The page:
March 31, 2016

7 Tax Tips For Job Seekers

Taxes are due on April 15th. Have you prepared your taxes? If not, you need to do so ASAP. Everyone has to pay taxes. It’s the law.

Did you know that some of your job search expenses might be tax deductible? Tax deductions help you to reduce your taxable income and save money. Read on to learn more.

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According to the IRS, many of your job search costs can be deducted on your tax return if you have documentation. It’s your responsibility to determine what is tax deductible and what is not. Ideally you should seek the help of a tax professional to find out how you can deduct job search expenses, relocation costs, education costs, resume costs, or other odds and ends.

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Before you start deducting every little thing, the IRS has a few tax tips for job seekers. Since we do not want to lead you astray when it comes to taxes, the following tax tips are copied directly from the IRS from a post titled Job Search Expenses May Lower Your Taxes:

  1. Your expenses must be for a job search in your current occupation. You may not deduct expenses related to a search for a job in a new occupation. If your employer or another party reimburses you for an expense, you may not deduct it.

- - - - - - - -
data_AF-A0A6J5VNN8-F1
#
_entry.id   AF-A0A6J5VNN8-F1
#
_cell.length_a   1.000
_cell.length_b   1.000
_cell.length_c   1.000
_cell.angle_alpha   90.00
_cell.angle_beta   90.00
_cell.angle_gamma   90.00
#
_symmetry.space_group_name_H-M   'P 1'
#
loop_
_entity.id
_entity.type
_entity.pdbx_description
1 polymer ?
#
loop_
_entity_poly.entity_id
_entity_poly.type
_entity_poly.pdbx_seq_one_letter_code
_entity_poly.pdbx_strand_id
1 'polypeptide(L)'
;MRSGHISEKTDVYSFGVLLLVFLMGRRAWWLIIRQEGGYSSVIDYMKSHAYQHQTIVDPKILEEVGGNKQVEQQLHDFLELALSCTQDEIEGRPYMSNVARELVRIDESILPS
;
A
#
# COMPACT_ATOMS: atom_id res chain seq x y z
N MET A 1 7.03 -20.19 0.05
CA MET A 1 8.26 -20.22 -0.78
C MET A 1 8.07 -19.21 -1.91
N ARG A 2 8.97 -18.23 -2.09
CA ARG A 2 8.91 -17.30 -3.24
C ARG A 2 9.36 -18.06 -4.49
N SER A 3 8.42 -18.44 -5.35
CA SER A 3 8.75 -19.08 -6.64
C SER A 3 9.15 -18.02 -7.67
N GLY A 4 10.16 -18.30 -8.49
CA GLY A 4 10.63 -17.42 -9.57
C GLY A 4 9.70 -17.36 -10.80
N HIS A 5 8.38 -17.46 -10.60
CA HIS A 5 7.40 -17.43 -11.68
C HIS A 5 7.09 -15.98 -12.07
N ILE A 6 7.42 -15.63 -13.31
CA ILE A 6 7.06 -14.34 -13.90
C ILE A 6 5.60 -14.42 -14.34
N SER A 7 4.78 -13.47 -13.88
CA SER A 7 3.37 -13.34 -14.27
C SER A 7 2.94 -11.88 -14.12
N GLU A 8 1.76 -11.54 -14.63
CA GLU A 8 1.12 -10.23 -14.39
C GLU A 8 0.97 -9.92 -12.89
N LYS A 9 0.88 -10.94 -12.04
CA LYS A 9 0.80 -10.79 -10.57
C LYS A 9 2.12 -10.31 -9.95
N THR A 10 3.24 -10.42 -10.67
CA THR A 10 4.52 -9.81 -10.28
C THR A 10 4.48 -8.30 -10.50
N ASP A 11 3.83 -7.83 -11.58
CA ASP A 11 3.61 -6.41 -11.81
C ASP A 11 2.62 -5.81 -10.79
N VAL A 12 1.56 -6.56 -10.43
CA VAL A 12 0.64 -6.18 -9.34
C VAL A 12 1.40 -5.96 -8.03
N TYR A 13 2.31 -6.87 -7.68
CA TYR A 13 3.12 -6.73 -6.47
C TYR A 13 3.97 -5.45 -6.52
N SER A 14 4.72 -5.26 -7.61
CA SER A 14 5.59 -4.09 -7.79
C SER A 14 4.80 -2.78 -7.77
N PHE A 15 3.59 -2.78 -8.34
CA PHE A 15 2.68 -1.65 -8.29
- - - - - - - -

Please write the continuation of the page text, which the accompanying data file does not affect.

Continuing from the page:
2. You can deduct employment and job placement agency fees you pay while looking for a job.
  3. You can deduct the cost of preparing and mailing copies of your résumé to prospective employers.
  4. If you travel to look for a new job, you may be able to deduct your travel expenses. However, you can only deduct them if the trip is primarily to look for a new job.
  5. You can’t deduct job search expenses if there was a substantial break between the end of your last job and the time you began looking for a new one.
  6. You can’t deduct job search expenses if you’re looking for a job for the first time.
  7. You usually will claim job search expenses as a miscellaneous itemized deduction. You can deduct only the amount of your total miscellaneous deductions that exceed two percent of your adjusted gross income.

For the most up-to-date information about miscellaneous tax deductions, read IRS Publication 529 (PDF). Most of the information about job search expenses is located on page 5.

Taxes are complicated. Please do your own research to verify the tax tips for job seekers in this post. If you have any questions contact a tax professional near you. They may be able to help you find other deductions that can save you money too.

Everyone has to pay taxes, which means that jobs dealing with taxes are in high demand. If taxes interest you, why don’t you find a job with the IRS?

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About this Author 

Derek Lennon is a skier and writer who lives, works, and plays in the mountains. He travels the globe in search of snow and adventure. Life has allowed him to live and work all over the world doing cool jobs and loving every minute of it.

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